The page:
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On my Red Hat server, java -version outputs;

$ java -version 
java version "1.6.0_27"
Java(TM) SE Runtime Environment (build 1.6.0_27-b07)
Java HotSpot(TM) 64-Bit Server VM (build 20.2-b06, mixed mode)

However, neither PATH, nor JAVA_HOME environment variables are set. Likewise, JAVA_HOME is not set on ~/.bash* files.

Why and how my server uses this version of Java while two other versions of Java are installed as well?

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check which java executable you're running (which java) and then check if it's a symlink. –  BigMike Jan 25 '13 at 9:52
Your version of RedHat might be using the 'alternatives' mechanism. Try running /usr/sbin/alternatives --config java –  Zutty Jan 25 '13 at 9:54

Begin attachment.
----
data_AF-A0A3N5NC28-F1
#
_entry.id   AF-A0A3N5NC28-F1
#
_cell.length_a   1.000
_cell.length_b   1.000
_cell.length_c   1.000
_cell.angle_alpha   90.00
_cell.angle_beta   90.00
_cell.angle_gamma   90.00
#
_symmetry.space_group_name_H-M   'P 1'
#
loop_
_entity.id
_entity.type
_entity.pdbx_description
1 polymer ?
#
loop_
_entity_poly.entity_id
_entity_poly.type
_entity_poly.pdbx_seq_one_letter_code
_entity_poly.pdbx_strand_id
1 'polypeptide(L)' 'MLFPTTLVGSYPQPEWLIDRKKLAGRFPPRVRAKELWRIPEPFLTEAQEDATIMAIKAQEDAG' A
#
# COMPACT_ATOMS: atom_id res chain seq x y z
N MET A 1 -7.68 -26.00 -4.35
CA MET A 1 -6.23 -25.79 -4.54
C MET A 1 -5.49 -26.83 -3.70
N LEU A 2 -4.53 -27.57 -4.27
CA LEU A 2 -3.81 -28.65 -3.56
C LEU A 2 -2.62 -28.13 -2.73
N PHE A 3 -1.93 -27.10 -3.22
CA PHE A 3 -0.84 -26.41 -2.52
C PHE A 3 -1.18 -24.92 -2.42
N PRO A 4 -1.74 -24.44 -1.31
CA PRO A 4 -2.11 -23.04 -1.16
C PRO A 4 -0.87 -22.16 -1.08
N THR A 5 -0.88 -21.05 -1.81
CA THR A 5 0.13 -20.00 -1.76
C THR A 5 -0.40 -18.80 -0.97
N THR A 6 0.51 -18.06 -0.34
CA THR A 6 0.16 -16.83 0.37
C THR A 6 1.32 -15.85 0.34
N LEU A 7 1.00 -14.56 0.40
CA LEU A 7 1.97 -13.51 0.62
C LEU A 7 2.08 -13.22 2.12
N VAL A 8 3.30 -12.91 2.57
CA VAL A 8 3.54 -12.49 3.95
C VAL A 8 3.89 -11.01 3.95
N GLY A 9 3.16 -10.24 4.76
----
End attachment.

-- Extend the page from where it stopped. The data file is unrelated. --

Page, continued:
However, neither PATH, nor JAVA_HOME environment variables are set Are you sure that PATH is not set at all? That would be strange –  Andreas Jan 25 '13 at 9:54
try which java and I suspect it will give you /usr/bin/java which will be in your PATH –  Peter Lawrey Jan 25 '13 at 9:57
what does ls -l /usr/bin/java show? –  Andreas Jan 25 '13 at 10:02

2 Answers 2

Firstly, JAVA_HOME is not involved in this. (JAVA_HOME is used conventionally by wrapper scripts, etc for applications that use Java ... but not by any of the Java executables themselves.)

Second, you are probably running java via a symlink managed by the alternatives program. (RHEL and similar distros use this utility to allow you to select different versions of utilities installed on the same system.)

Either way, running the following will help you figure out what is going on.

$ ls -l `which java`

(Then following the chain of symlinks until you get to the actual executable.)

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Which executable runs depends on PATH variable. Double check it. It can't run if not set it is impossible unless you have some strange Linux config.

If Java executable is in current directory, it would run by ./java. Since it runs with just java it is somewhere in the PATH.

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